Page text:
Officials say fire season in West mild so far
Associated Press Writer
CHEYENNE, Wyo. – Nearly the entire country appears set to enjoy a mild fire season, fire officials say.
Recent rains have doused the typical early summer fire season through much of the West.
“Pretty much the whole Rocky Mountain area is looking good,” said Steve Segin, spokesman for the Rocky Mountain Area Coordination Center. The agency oversees fire management in Wyoming, Colorado, Nebraska, South Dakota and Kansas.
“Right now, the current concern for the region, where it’s starting to dry a little bit, is essentially that western portion of Colorado and just into that southeastern portion of Wyoming,” Segin told a briefing for reporters Tuesday.
Fire managers say the entire nation remains at the lowest of five fire planning levels because of the current low risk.
Randy Eardley, spokesman for the National Interagency Fire Center in Boise, Idaho, said in a telephone interview Tuesday that it appears only a few spots around the country will experience above-average fire seasons this year.
Eardley says the likely hot spots include Southern and Central California along the coast, north-central Washington State and central Minnesota east into northern Wisconsin.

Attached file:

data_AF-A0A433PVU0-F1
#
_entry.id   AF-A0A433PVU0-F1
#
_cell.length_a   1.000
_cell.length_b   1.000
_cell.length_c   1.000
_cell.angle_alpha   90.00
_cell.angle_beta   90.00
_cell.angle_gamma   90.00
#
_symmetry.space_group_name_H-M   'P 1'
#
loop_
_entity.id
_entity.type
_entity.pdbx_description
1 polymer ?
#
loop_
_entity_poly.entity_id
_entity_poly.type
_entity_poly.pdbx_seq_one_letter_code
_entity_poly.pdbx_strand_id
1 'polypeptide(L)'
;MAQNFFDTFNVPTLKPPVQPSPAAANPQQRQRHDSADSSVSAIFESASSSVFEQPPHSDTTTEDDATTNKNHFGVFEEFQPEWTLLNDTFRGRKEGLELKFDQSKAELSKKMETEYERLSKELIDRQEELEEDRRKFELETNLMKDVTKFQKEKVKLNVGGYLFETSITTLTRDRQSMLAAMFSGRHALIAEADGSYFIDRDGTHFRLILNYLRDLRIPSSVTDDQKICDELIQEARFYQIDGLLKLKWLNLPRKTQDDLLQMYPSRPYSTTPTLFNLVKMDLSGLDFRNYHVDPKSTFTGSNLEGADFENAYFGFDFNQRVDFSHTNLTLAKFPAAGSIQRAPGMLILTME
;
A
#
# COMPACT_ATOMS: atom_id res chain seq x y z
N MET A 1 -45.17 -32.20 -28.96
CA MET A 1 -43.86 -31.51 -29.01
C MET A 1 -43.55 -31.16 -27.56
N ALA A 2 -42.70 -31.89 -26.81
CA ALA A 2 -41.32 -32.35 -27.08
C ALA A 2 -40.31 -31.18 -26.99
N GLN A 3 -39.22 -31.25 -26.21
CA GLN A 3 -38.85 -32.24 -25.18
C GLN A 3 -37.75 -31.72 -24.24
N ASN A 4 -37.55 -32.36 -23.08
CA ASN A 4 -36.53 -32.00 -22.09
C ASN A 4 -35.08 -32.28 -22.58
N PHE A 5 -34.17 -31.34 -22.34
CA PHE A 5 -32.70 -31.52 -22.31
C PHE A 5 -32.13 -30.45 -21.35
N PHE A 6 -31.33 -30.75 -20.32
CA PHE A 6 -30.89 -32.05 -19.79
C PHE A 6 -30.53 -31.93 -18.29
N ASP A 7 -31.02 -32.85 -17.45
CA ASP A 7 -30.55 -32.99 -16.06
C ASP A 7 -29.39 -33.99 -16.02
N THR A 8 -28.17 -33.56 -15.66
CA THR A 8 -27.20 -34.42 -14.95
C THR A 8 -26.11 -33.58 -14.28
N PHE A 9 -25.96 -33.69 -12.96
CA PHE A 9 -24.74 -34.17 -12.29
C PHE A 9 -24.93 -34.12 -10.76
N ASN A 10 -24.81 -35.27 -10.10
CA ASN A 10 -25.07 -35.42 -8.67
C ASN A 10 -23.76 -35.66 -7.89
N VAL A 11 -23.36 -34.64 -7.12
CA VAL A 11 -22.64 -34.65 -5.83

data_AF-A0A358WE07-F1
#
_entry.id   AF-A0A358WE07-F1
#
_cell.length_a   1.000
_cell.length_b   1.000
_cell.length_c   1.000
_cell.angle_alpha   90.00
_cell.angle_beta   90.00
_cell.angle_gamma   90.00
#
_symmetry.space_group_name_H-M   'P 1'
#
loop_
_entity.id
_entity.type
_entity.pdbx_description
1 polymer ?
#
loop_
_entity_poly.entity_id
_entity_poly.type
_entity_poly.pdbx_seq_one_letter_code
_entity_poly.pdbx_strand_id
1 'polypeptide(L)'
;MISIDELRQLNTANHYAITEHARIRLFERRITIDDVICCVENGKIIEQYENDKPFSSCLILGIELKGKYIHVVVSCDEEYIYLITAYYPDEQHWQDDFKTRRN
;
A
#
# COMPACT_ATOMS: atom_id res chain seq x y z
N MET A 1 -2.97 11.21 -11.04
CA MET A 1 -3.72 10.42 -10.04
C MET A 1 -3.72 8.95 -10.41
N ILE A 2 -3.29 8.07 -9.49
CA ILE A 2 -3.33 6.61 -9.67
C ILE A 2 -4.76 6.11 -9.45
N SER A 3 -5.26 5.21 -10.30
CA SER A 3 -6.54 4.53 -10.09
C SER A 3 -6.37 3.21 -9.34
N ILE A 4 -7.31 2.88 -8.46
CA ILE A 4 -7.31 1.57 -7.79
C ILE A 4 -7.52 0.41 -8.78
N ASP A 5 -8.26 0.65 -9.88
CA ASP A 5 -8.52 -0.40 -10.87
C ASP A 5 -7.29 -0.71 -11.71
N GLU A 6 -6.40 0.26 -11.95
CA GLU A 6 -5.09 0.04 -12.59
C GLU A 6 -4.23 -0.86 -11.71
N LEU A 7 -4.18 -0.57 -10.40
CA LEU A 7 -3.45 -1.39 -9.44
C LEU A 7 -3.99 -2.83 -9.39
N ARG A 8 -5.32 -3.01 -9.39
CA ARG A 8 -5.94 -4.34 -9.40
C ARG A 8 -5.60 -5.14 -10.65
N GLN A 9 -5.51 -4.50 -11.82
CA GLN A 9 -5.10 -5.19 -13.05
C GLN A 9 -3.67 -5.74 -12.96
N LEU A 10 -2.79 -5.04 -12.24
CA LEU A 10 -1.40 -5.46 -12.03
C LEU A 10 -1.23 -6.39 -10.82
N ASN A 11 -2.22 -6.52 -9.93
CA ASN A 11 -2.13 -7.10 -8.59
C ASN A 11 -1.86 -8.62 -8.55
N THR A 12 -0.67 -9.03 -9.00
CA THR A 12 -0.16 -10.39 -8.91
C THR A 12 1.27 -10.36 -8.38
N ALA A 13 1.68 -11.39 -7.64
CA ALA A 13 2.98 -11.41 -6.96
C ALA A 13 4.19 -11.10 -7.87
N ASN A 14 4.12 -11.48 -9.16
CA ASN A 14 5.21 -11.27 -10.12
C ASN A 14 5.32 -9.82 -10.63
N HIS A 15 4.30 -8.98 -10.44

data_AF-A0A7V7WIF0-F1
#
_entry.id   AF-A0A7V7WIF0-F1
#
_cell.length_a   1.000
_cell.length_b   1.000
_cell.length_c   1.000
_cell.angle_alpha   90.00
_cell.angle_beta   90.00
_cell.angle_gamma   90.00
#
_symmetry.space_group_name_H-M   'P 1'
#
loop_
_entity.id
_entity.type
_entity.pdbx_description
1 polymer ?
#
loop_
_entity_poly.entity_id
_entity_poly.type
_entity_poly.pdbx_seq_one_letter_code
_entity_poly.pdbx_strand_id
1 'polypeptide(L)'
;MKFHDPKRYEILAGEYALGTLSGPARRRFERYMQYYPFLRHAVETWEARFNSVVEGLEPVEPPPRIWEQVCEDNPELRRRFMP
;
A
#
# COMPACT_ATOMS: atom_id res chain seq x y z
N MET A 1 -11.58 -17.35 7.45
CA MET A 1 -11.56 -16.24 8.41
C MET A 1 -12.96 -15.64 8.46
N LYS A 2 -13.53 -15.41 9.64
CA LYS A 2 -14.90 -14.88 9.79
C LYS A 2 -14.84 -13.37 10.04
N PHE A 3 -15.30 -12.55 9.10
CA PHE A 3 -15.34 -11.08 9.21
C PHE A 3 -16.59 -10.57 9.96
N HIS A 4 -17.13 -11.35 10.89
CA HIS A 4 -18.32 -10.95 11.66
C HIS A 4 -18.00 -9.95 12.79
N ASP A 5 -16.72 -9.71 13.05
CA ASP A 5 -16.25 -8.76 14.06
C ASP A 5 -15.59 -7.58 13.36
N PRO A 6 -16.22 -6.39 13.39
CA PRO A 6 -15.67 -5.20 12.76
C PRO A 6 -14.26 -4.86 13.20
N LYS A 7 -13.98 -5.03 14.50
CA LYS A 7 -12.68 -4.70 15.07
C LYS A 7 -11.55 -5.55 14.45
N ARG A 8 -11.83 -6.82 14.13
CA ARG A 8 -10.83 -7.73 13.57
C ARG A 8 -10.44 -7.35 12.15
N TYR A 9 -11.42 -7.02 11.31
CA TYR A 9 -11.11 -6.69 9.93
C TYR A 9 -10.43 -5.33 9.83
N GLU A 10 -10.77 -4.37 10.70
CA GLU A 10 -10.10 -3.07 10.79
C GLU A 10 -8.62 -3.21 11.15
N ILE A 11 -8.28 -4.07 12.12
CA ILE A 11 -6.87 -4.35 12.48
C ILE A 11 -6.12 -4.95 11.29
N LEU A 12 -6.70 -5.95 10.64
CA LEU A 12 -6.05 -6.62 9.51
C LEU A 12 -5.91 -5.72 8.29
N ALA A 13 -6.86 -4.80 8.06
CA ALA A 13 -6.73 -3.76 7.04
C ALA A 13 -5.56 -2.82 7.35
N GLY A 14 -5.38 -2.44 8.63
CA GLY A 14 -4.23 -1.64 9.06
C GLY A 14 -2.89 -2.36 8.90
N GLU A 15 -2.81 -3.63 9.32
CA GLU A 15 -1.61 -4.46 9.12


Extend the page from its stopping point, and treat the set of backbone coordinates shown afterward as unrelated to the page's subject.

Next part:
“Looking from July to September, we’re expecting to see an increasing chance of above-normal fire activity in northern California, as well,” Eardley said.
“It’s sort of hard to define normal these days,” Eardley said. “But right now, we don’t expect any severe fire activity on a large scale anyplace else in the West.”
Eardley said Idaho, in common with many other Western states, received a lot of rain in June. Even though the moisture produces grasses and other fuels that can burn when they dry out, he said the moisture also serves to shorten the fire season.
Bill Crapser, Wyoming state forester, said many areas of Wyoming are continuing to see the spread of beetle infestations that are killing trees. He said that can increase the fire danger despite moist conditions.
Jeff Fedrizzi, state fire management officer for the U.S. Bureau of Land Management in Cheyenne, said forecasters predict that the typical summer monsoon season will begin in early July.
“But if August is a dry month, and we get the ignitions – whether they’re human-caused or a combination of human and lightning – it could be a banner year, based on the amount of available fuel to burn out there,” Fedrizzi said.
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